New Brunswick, NJ
On the occasion of Rutgers University’s 250th anniversary and the Zimmerli Art Museum’s 50th anniversary, this exhibition celebrates the work and contributions of the New Jersey artist Harry Devlin (1918–2001), an important figure in establishing the museum’s collection of original illustrations for children’s literature. On view in this gallery are Devlin’s drawings for two of his early stories, The Knobby Boys to the Rescue (1965) and How Fletcher Was Hatched (1969). These imaginative tales explore common childhood fears and emotions through animal characters who work together to help friends in need. In his engaging illustrations, lovingly rendered landscapes provide beautifully detailed natural settings for the adventures undertaken by intrepid animals, including a dog, a beaver, an otter, a bear, a fox, a raccoon, and a crow.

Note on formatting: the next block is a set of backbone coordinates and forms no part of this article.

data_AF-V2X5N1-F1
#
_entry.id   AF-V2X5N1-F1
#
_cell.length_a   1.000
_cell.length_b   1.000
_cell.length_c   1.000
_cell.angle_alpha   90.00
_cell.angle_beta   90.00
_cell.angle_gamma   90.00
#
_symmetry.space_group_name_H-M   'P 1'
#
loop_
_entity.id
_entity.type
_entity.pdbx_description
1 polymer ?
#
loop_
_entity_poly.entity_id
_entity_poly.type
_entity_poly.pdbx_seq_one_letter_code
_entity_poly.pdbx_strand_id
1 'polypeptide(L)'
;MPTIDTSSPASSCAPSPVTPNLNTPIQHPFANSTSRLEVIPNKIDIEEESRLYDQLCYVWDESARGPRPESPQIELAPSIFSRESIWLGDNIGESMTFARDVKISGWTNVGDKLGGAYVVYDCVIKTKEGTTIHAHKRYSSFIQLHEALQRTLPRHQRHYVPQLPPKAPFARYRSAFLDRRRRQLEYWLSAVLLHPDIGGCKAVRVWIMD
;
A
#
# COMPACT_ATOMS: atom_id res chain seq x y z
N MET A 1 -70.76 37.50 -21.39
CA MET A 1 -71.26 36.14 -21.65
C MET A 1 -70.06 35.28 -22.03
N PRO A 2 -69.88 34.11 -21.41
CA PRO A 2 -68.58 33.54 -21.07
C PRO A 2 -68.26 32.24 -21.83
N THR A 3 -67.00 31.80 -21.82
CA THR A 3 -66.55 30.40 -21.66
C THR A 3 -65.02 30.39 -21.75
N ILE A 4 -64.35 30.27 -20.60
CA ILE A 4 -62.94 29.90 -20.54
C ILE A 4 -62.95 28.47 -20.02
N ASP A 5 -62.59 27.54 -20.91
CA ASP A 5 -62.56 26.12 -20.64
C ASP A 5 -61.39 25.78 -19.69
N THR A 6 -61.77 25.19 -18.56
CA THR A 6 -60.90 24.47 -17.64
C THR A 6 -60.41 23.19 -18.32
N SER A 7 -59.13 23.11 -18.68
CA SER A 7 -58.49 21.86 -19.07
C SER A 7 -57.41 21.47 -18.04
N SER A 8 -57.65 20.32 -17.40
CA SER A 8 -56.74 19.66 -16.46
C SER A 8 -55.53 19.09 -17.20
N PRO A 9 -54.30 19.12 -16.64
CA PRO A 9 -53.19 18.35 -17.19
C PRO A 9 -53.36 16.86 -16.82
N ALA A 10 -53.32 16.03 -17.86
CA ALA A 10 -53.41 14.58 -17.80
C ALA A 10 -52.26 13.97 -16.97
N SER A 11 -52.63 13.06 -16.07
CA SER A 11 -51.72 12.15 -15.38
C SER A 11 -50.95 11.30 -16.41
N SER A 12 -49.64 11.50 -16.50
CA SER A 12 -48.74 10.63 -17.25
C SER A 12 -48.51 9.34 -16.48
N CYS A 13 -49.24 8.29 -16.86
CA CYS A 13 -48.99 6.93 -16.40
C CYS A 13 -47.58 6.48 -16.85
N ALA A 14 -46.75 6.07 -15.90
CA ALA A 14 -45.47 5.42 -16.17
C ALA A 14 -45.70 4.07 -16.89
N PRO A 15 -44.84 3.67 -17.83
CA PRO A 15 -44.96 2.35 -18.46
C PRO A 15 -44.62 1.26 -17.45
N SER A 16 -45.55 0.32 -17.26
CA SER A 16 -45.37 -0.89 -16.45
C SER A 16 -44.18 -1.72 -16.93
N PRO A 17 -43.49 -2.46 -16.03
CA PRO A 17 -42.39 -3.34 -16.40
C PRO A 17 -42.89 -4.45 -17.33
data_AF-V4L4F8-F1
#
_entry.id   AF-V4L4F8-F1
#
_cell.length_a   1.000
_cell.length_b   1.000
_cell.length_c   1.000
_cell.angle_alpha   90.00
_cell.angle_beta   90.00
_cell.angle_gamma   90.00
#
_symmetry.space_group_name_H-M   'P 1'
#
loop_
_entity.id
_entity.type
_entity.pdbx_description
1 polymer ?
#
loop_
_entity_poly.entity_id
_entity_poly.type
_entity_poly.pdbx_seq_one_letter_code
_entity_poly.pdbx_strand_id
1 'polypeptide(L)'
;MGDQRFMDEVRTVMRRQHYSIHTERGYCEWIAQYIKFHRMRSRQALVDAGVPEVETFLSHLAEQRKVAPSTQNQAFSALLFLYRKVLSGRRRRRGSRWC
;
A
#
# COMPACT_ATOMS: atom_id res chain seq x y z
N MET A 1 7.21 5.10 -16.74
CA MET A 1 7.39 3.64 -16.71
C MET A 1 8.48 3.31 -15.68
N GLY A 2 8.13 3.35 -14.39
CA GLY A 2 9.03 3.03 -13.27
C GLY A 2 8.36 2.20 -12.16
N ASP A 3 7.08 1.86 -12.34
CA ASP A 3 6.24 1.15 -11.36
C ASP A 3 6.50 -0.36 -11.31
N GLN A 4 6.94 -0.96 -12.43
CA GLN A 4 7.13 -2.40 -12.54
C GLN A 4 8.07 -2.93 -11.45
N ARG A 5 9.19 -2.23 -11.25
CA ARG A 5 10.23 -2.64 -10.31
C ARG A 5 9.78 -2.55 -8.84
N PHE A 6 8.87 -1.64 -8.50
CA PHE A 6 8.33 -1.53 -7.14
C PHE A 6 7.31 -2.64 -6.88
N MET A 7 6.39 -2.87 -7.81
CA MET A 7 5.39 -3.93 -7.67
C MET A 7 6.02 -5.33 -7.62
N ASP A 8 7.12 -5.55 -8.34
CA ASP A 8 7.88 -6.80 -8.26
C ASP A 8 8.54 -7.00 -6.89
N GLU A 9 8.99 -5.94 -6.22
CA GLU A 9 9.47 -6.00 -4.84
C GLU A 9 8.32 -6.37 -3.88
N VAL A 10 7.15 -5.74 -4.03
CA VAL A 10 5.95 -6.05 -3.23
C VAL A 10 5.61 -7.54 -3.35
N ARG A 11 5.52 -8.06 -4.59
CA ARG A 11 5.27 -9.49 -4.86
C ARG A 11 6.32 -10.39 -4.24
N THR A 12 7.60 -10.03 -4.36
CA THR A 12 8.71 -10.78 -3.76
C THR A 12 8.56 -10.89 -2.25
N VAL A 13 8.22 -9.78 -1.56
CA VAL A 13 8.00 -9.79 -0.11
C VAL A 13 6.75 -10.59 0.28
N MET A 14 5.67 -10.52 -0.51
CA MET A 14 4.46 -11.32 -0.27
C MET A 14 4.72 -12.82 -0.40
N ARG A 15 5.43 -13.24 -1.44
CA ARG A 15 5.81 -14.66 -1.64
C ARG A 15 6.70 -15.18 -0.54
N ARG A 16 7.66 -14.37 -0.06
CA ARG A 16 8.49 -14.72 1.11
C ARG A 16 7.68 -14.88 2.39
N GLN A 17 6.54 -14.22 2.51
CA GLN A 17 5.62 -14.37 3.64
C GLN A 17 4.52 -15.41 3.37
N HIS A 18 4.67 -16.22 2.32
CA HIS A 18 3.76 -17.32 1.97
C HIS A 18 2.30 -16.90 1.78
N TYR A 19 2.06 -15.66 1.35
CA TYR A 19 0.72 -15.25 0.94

Born in Jersey City and working primarily in Mountainside, New Jersey, Harry Devlin established his artistic career as a cartoonist for the weekly magazines Collier’s and Saturday Home News during the 1940s. He and his wife Dorothy Wende (known as Wende, 1918–2002), a painter and writer, first collaborated on a comic strip that ran from 1954 to 1957 called Fullhouse (later renamed Ragamopp), based on the antics of their seven children. The success of the strip prompted the Devlins to begin creating storybooks written by Wende and illustrated by Harry. Beginning in 1963, the Devlins published twenty-six children’s books, many of which are still in print. Around 1970, Harry Devlin joined the newly established Rutgers Advisory Committee on Children’s Literature (now the Rutgers University Council on Children’s Literature). In 1988, Harry and Wende Devlin donated more than one hundred of Harry’s original drawings for children’s books to the Zimmerli’s renowned collection of works on paper, including the works in this exhibition.
Credit: Exhibition overview from museum website.